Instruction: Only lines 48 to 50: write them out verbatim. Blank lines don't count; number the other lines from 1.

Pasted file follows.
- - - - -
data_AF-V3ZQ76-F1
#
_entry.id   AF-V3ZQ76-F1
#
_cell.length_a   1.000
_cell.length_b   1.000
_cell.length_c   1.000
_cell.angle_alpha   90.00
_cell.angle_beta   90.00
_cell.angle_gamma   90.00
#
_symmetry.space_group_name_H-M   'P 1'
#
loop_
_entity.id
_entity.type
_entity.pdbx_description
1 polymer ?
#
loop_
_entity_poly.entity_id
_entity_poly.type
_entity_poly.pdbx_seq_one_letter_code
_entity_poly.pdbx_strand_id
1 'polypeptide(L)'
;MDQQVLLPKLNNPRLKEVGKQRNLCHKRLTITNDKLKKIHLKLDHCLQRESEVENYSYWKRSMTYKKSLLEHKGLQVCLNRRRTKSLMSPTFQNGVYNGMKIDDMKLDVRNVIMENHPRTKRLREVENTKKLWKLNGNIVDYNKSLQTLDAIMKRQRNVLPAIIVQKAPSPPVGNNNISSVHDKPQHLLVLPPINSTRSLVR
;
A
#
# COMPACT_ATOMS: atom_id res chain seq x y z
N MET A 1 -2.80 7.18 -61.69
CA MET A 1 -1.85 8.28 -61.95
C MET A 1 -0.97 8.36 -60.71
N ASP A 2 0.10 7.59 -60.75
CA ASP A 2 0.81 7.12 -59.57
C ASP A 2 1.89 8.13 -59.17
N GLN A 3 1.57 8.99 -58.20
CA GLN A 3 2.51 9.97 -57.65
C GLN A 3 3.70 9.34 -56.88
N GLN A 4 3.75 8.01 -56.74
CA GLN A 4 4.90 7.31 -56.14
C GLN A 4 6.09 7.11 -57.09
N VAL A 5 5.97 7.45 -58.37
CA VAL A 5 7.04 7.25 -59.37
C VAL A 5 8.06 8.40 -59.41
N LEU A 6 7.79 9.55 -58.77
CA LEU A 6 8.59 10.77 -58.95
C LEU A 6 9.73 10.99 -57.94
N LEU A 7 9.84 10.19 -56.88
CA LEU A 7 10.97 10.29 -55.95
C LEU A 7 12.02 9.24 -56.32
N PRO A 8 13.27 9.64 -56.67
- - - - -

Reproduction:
C LEU A 6 9.73 10.99 -57.94
N LEU A 7 9.84 10.19 -56.88
CA LEU A 7 10.97 10.29 -55.95